The very first grant the KCRF awarded went to two pediatric cancer researchers, Dr. Malcolm Brenner and Dr. Chrystal Louis at the Center for Cell and Gene Therapy, Baylor College of Medicine, Texas Children’s Hospital. They are working on using T-Cells and mouse antibodies to kill cancer cells. This non-toxic approach is one of the most promising areas of cancer research.
They reported their previous trial and early results in the October 2013 issue of the medical journal Blood. Their early results suggest a reduction of relapses in children by 30%. If these results are sustained it will be a giant leap forward in cancer research.
This team at Texas Children’s Hospital is now working on increasing the effectiveness of the approach to save more kid’s lives. Early last year, the FDA approved Dr. Brenner’s and Dr. Louis’ project to open as a trial, which it did a few months ago. The FDA has also invested over a million dollars in this trial.
Earlier this year we awarded funding to a consortium of investigators who are working on the first study to test administering three cancer drugs simultaneously. The study will help determine the highest doses of lenalidomide that can safely be given together with Ch14.18 and 13-cis-retinoic acid to patients with resistant/relapsed neuroblastoma.
A slightly different version of this trial was presented in the September 30, 2010 issue of the New England Journal of Medicine. This previous trial found a reduction in NB relapse rates from 54% to 34% following a similar treatment course. This treatment was initially given only to newly diagnosed children as up-front treatment, because the agents used in the trial were in short supply. This created an unfortunate bias against children who had relapsed. These are children that face a horrible 5% chance of survival. We are pleased to report that this new trial will include children with relapsed NB, and this particular approach holds great promise for them. The challenge is that it will cost $20,000 to enroll each child in the trial.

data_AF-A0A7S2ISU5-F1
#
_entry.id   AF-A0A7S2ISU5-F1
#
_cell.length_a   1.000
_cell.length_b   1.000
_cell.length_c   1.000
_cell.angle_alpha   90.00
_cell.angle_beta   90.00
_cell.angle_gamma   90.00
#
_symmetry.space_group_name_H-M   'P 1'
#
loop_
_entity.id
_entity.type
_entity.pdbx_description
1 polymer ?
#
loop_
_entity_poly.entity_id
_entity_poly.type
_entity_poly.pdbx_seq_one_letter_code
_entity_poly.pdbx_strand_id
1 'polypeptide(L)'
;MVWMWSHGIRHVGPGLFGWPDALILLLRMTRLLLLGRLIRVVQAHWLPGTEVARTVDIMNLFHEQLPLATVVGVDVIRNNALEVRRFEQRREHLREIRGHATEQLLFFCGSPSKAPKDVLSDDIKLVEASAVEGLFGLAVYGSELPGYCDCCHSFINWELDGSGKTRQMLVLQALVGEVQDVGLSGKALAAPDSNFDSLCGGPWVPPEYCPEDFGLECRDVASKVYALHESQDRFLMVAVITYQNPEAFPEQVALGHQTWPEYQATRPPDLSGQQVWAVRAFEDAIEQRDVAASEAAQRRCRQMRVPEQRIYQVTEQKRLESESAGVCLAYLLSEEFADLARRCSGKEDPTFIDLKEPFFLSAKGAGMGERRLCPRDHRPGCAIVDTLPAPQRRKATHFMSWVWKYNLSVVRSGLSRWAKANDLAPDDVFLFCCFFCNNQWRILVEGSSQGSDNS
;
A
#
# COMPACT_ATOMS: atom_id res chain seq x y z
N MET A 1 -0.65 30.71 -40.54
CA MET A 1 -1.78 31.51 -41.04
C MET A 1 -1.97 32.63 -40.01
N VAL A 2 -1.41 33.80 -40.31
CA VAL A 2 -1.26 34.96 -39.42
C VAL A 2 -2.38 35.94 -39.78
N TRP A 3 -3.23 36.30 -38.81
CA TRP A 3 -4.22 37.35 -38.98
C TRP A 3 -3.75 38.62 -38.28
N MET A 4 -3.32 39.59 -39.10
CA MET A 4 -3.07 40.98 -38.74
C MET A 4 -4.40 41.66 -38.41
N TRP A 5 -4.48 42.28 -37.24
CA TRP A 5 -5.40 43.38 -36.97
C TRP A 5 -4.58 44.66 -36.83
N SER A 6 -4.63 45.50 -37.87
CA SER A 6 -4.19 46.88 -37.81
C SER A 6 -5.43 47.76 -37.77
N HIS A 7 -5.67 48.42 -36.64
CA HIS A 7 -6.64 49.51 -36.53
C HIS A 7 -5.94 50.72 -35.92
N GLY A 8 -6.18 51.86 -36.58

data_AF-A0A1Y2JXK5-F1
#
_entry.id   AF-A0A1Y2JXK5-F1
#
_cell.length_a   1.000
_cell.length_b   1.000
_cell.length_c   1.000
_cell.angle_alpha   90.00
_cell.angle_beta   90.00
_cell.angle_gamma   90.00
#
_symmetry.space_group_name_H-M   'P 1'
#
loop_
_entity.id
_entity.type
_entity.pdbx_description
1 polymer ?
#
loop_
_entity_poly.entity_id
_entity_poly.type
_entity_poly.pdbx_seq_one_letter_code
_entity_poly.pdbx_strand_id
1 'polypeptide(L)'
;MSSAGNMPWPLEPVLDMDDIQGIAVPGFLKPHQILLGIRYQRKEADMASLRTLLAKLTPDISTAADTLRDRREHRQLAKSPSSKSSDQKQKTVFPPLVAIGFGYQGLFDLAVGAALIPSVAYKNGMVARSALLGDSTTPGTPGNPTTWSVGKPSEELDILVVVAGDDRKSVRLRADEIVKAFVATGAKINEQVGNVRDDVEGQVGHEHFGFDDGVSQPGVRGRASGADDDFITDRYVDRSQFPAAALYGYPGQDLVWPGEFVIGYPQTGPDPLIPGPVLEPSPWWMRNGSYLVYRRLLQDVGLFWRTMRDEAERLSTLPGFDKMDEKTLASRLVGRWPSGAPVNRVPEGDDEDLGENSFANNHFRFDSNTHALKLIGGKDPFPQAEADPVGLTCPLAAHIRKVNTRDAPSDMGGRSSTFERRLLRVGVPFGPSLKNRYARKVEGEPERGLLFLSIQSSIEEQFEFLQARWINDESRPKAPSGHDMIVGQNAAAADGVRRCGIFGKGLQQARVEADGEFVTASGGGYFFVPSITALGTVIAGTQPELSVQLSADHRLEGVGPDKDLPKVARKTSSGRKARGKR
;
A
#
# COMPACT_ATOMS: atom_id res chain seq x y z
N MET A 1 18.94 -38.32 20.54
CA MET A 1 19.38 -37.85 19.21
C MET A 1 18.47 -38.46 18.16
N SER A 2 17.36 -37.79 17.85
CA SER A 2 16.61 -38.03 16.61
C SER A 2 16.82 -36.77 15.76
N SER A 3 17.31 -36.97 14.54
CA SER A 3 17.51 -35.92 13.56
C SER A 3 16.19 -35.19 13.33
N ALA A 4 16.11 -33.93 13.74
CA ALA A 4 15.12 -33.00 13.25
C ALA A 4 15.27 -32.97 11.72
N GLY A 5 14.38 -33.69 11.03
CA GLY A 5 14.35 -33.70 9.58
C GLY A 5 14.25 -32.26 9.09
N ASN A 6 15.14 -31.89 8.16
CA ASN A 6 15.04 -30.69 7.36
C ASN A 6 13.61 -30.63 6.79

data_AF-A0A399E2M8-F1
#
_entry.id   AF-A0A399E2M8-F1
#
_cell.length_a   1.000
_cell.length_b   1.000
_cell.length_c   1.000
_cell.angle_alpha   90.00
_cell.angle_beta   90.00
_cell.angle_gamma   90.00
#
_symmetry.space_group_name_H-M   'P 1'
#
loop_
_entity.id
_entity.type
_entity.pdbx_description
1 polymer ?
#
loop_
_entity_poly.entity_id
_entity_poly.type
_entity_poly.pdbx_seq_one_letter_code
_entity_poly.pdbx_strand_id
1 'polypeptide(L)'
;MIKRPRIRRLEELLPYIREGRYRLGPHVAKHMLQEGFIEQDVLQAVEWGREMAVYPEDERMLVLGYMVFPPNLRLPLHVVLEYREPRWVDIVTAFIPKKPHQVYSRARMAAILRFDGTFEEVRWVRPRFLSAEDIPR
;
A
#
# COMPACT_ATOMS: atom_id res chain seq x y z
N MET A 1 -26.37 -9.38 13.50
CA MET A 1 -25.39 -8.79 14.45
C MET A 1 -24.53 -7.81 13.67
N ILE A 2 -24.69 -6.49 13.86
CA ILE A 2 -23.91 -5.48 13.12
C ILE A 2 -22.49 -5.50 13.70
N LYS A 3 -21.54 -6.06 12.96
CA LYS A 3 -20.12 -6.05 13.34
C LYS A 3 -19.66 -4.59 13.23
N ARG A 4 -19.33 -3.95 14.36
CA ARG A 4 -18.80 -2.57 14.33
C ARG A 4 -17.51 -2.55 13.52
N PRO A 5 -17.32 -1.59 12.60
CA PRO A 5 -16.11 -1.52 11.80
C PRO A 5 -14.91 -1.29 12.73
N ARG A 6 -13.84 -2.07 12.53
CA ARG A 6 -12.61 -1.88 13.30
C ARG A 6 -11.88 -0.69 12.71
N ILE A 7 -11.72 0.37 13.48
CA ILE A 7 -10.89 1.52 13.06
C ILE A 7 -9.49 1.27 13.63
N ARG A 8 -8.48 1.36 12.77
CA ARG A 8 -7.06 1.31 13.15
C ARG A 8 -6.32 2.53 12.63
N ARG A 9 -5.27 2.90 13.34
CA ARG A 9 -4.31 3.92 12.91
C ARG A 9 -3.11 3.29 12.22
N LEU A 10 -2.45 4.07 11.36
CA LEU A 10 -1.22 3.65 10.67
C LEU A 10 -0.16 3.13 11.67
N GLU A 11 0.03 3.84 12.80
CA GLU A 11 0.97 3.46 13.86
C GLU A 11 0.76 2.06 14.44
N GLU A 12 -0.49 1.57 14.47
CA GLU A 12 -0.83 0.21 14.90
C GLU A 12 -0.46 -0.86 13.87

Mr. Kalman’s relationships with doctors at NCI and NIH provide a valuable channel of informal confirmation that KCRF is consistently headed in the right direction. Last week, while at a conference in Washington, DC, Mr. Kalman met with our foundation’s long-term contact at NCI, Dr. Malcolm Smith. Dr. Smith shared his excitement of NCI’s support of Dr. Robert Seeger’s very promising NK-Cell clinical trial. We were delighted to hear this because, just last March, KCRF sent a check to support this very clinical trial. Once again, our exceptional track record assures our donors that their money is well-spent each step of the way.
This year, Kids’ Cancer Research Foundation (KCRF) is establishing a new program: the 2014 Neuroblastoma Research Fund. Our goal is to raise $400,000, which will be used to support the most promising translational research projects and/or the most promising clinical trials for neuroblastoma.
Altogether, we envision supporting up to three projects with the potential to be game-changers in the field of pediatric cancer.